KARACHI: The idea that higher localisation of auto parts translates into cheaper vehicles has proven to be unrealistic in Pakistan as motorcycles and cars have become pricier over the years.
In nearly 40 years of local vehicle assembly, falling rupee against the dollar has emerged as a major reason for an increase in auto prices. This gives the impression that no serious effort has been made to use large volumes of locally manufactured parts in vehicle assembly.
The country’s import bill of completely and semi-knocked (CKD/SKD) kits reached an all-time high of $1.7 billion in FY22, up from $1.11bn in FY21 due to low localisation in vehicles introduced by new entrants and in new vehicles offered by existing assemblers.
The Automotive Development Policy 2016-21 attracted new entrants who rolled out different varieties of cars. The industry assembled 279,000 vehicles in Pakistan in FY22.
Speaking to Dawn, Abdul Razzak Gauhar, the chairman of the Pakistan Association of Automotive Parts and Accessories Manufacturers (Paapam), said, “localisation in terms of percentage is not authentic.”
“After the transition from the ‘deletion programme’ to the Tariff Based System (TBS) regime in 2006, the annual monitoring of localisation was stopped,” he said. Mr Gauhar claimed that the assemblers’ figures are based on the percentage of the number of parts localised rather than the percentage of localisation in terms of value.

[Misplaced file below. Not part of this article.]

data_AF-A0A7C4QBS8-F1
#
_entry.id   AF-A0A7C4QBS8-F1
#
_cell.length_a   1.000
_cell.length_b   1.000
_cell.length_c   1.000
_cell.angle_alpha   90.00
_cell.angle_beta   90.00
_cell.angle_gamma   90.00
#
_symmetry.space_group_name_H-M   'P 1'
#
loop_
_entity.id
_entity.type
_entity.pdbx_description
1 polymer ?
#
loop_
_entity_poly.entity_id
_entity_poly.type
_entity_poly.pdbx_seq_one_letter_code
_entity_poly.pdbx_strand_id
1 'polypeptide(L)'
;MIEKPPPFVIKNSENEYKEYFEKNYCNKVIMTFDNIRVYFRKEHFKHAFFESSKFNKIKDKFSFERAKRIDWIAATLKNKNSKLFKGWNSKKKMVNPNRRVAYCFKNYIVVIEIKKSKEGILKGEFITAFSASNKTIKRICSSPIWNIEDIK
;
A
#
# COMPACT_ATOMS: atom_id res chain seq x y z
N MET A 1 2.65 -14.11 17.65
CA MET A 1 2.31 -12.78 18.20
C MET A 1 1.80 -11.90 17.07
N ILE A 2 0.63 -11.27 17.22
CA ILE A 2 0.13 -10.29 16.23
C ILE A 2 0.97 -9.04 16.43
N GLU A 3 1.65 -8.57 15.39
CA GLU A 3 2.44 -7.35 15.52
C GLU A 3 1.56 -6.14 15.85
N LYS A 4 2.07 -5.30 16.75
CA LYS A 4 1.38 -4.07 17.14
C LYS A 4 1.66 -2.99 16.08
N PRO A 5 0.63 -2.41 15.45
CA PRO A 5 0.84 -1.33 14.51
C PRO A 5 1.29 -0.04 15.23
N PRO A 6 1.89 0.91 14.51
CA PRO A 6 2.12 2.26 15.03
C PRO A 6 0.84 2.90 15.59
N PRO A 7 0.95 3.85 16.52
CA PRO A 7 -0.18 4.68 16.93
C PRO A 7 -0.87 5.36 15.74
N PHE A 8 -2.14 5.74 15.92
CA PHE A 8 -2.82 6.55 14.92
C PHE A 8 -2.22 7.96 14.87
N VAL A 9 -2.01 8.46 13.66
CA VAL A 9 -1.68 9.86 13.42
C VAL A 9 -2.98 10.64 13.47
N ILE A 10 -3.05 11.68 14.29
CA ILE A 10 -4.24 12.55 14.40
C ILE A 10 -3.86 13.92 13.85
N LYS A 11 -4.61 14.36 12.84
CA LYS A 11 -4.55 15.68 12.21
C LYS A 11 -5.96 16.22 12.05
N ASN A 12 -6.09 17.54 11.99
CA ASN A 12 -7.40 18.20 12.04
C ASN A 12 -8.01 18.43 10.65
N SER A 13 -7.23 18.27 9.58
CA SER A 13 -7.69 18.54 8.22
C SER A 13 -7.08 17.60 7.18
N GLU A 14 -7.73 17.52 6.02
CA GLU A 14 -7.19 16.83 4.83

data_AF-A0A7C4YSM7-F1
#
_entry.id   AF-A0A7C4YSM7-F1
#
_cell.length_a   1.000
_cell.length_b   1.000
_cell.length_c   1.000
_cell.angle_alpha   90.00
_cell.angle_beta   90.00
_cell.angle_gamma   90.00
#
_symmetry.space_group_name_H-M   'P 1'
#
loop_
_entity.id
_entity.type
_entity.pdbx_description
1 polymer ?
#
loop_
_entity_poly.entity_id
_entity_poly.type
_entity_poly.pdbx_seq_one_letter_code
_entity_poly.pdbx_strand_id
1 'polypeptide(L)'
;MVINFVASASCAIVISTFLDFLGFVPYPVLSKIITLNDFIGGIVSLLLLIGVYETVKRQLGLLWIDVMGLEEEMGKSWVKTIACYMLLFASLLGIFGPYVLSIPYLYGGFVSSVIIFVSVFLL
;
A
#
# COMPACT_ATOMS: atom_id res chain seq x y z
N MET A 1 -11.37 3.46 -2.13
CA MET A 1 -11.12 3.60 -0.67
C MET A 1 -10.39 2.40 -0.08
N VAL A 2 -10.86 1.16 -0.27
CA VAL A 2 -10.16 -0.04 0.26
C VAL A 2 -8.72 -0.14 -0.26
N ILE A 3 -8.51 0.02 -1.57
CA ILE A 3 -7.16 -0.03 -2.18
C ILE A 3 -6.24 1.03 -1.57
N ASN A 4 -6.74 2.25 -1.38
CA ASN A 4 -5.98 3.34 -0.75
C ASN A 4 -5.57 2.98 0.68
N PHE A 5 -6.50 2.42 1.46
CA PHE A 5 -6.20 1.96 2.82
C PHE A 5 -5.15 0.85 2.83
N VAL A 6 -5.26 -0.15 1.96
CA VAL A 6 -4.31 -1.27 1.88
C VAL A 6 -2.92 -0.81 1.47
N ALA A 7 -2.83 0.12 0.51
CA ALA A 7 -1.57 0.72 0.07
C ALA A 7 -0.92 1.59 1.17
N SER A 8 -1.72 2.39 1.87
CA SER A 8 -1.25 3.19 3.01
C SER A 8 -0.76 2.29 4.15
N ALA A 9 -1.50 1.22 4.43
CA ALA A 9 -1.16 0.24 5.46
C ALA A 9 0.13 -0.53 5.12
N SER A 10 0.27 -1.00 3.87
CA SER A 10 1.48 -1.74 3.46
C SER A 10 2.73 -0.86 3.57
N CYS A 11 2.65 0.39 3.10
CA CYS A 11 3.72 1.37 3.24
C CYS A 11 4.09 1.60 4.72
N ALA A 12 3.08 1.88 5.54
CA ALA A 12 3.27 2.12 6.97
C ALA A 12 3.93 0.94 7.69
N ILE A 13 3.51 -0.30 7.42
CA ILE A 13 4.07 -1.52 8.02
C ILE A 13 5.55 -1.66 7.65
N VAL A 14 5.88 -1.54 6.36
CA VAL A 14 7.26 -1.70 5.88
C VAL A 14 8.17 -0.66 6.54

The levels of localisation in the Suzuki Swift, Cultus, WagonR, and Alto660cc are 35pc, 51pc, 60pc, and 62pc, respectively.
The most astounding revelation came from the over three-decade-old Bolan and Ravi models, in which the share of locally made content was 72pc and 68pc, respectively. These two “legendary” Suzuki vehicles had only cosmetic changes rather than a full model change, with the addition of only a Euro-II engine.
The Suzuki Mehran remained on the assembly line for more than 30 years, with only a Euro-II engine change, 70pc localisation, and an outdated interior and exterior design, followed by the 16-year-old Cultus and the 12-year-old Alto 1,000 cc. No successive governments had ever checked Pak Suzuki’s achievements of a different kind.
Speaking to Dawn, an auto parts maker and former Paapam chairman, Mashood Ali Khan, said that the almost four-decade old engineering sector in the automotive industry could not indigenize parts to develop in Pakistan without technical collaboration of foreign partners.
He recalled that from 1990 to 2006, the country witnessed the initiative taken by two Pakistani engineers to develop local passenger cars and pickups but could not succeed in penetrating the market in the absence of government support.
In a recent corporate briefing, Honda Atlas Cars Limited (HACL) revealed that in terms of auto parts, localisation levels for Civic are 60pc, 70pc for City, and 50pc for BR-V.
However, in terms of the absolute amount of Pakistan rupees, the localisation level is around 30pc. The HCAL prefers to use local auto parts as compared to foreign components that meet their quality criteria. The company intends to further increase its localisation levels by using local auto parts given they meet the required quality standards.
Atlas Honda Limited (AHL) has reintroduced a decades-old CDI70cc motorcycle made up of 96pc locally sourced parts.
Published in Dawn, August 16th, 2022